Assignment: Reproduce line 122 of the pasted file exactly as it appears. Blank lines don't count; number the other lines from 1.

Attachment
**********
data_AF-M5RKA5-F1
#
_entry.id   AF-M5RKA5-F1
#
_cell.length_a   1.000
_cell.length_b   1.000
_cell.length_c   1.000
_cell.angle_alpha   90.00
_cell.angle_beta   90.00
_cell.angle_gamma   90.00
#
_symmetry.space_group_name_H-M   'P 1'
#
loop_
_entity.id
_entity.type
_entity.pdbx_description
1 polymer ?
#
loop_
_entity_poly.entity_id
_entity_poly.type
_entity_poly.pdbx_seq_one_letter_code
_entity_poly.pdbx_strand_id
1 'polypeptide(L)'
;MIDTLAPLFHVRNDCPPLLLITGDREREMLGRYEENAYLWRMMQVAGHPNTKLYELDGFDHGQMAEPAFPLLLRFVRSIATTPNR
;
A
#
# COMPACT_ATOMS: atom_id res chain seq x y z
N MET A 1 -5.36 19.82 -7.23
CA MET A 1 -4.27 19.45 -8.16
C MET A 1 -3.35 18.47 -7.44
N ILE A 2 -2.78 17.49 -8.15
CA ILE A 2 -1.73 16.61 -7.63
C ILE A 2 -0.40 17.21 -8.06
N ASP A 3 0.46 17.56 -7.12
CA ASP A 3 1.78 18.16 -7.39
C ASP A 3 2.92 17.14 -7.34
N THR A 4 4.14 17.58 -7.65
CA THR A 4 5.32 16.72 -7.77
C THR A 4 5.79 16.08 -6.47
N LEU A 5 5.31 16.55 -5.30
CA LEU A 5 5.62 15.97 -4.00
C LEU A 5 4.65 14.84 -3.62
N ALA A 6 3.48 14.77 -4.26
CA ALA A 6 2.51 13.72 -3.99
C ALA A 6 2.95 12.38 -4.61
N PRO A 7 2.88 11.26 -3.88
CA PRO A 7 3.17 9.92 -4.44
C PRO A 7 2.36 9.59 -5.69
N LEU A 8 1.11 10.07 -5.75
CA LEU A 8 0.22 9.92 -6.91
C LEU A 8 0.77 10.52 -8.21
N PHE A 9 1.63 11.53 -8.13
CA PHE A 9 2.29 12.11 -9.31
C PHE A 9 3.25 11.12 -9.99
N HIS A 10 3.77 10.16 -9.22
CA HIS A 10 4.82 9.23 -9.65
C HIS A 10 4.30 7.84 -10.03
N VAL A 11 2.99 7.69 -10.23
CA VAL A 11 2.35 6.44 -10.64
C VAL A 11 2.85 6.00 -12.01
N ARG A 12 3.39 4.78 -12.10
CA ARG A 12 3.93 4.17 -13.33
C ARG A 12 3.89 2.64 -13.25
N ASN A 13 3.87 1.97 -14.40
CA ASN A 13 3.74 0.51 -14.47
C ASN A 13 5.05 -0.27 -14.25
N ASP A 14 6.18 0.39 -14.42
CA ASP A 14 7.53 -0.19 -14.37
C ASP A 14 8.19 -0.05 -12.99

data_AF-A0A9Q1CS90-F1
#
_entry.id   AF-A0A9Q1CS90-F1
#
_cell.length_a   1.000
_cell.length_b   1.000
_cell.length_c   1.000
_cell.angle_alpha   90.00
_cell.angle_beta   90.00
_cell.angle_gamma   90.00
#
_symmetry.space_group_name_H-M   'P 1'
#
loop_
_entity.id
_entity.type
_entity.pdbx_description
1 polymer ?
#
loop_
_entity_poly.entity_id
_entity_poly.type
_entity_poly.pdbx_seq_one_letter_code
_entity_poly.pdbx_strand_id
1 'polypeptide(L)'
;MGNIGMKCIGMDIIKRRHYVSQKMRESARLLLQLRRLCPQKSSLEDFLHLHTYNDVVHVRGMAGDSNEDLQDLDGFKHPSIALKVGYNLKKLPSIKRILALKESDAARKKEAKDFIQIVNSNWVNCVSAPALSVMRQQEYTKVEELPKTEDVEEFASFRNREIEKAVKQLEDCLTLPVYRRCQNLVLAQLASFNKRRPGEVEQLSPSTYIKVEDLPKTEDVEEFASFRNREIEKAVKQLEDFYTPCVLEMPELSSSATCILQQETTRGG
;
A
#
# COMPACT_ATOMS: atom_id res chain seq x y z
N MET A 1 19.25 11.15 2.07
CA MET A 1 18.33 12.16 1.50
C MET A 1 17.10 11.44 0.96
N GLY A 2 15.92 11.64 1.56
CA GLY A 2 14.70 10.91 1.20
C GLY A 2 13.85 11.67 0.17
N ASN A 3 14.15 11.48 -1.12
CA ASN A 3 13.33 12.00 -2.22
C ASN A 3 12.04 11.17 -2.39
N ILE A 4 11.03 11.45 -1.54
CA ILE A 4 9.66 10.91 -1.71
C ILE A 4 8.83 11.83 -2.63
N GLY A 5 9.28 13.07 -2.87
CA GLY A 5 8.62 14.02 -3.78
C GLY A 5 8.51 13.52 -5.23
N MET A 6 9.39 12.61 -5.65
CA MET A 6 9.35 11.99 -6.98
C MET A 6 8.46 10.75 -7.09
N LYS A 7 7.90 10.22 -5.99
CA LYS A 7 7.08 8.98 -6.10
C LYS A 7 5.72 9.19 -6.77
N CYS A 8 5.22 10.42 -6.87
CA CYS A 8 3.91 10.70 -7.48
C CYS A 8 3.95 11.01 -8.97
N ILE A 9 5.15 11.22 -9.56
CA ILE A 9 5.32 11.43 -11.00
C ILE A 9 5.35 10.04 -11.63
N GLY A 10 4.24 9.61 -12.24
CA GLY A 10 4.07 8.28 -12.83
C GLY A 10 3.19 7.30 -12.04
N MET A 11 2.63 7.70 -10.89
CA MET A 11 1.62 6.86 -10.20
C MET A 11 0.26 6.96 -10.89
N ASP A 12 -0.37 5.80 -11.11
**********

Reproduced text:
CA LYS A 7 7.08 8.98 -6.10